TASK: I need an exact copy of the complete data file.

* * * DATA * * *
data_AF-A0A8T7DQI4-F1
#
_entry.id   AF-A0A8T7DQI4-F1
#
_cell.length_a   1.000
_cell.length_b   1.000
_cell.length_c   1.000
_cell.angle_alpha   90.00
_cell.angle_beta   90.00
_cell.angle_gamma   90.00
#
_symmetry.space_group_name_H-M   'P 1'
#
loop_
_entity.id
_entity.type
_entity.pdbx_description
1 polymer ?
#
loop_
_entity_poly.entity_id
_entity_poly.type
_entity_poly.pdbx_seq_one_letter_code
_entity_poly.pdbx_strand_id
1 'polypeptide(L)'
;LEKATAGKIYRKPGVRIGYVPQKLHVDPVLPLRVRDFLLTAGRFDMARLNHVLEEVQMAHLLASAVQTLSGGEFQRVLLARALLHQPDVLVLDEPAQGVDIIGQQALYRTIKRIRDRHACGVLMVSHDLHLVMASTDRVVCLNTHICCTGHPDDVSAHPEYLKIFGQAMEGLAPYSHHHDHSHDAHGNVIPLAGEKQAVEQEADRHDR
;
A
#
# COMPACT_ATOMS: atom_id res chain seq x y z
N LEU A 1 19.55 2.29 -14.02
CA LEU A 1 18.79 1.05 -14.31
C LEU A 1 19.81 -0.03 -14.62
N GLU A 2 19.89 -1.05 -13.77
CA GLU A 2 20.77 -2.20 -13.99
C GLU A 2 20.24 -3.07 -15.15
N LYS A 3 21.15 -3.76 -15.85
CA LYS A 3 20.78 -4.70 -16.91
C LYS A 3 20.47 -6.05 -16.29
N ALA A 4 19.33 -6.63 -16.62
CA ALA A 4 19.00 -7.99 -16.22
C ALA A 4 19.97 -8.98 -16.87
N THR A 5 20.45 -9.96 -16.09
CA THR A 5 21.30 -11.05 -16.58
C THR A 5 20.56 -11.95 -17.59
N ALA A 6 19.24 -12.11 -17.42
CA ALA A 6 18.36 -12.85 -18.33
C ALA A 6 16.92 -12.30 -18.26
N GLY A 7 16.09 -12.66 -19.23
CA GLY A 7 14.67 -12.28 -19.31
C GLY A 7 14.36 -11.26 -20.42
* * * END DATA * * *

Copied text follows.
data_AF-A0A8T7DQI4-F1
#
_entry.id   AF-A0A8T7DQI4-F1
#
_cell.length_a   1.000
_cell.length_b   1.000
_cell.length_c   1.000
_cell.angle_alpha   90.00
_cell.angle_beta   90.00
_cell.angle_gamma   90.00
#
_symmetry.space_group_name_H-M   'P 1'
#
loop_
_entity.id
_entity.type
_entity.pdbx_description
1 polymer ?
#
loop_
_entity_poly.entity_id
_entity_poly.type
_entity_poly.pdbx_seq_one_letter_code
_entity_poly.pdbx_strand_id
1 'polypeptide(L)'
;LEKATAGKIYRKPGVRIGYVPQKLHVDPVLPLRVRDFLLTAGRFDMARLNHVLEEVQMAHLLASAVQTLSGGEFQRVLLARALLHQPDVLVLDEPAQGVDIIGQQALYRTIKRIRDRHACGVLMVSHDLHLVMASTDRVVCLNTHICCTGHPDDVSAHPEYLKIFGQAMEGLAPYSHHHDHSHDAHGNVIPLAGEKQAVEQEADRHDR
;
A
#
# COMPACT_ATOMS: atom_id res chain seq x y z
N LEU A 1 19.55 2.29 -14.02
CA LEU A 1 18.79 1.05 -14.31
C LEU A 1 19.81 -0.03 -14.62
N GLU A 2 19.89 -1.05 -13.77
CA GLU A 2 20.77 -2.20 -13.99
C GLU A 2 20.24 -3.07 -15.15
N LYS A 3 21.15 -3.76 -15.85
CA LYS A 3 20.78 -4.70 -16.91
C LYS A 3 20.47 -6.05 -16.29
N ALA A 4 19.33 -6.63 -16.62
CA ALA A 4 19.00 -7.99 -16.22
C ALA A 4 19.97 -8.98 -16.87
N THR A 5 20.45 -9.96 -16.09
CA THR A 5 21.30 -11.05 -16.58
C THR A 5 20.56 -11.95 -17.59
N ALA A 6 19.24 -12.11 -17.42
CA ALA A 6 18.36 -12.85 -18.33
C ALA A 6 16.92 -12.30 -18.26
N GLY A 7 16.09 -12.66 -19.23
CA GLY A 7 14.67 -12.28 -19.31
C GLY A 7 14.36 -11.26 -20.42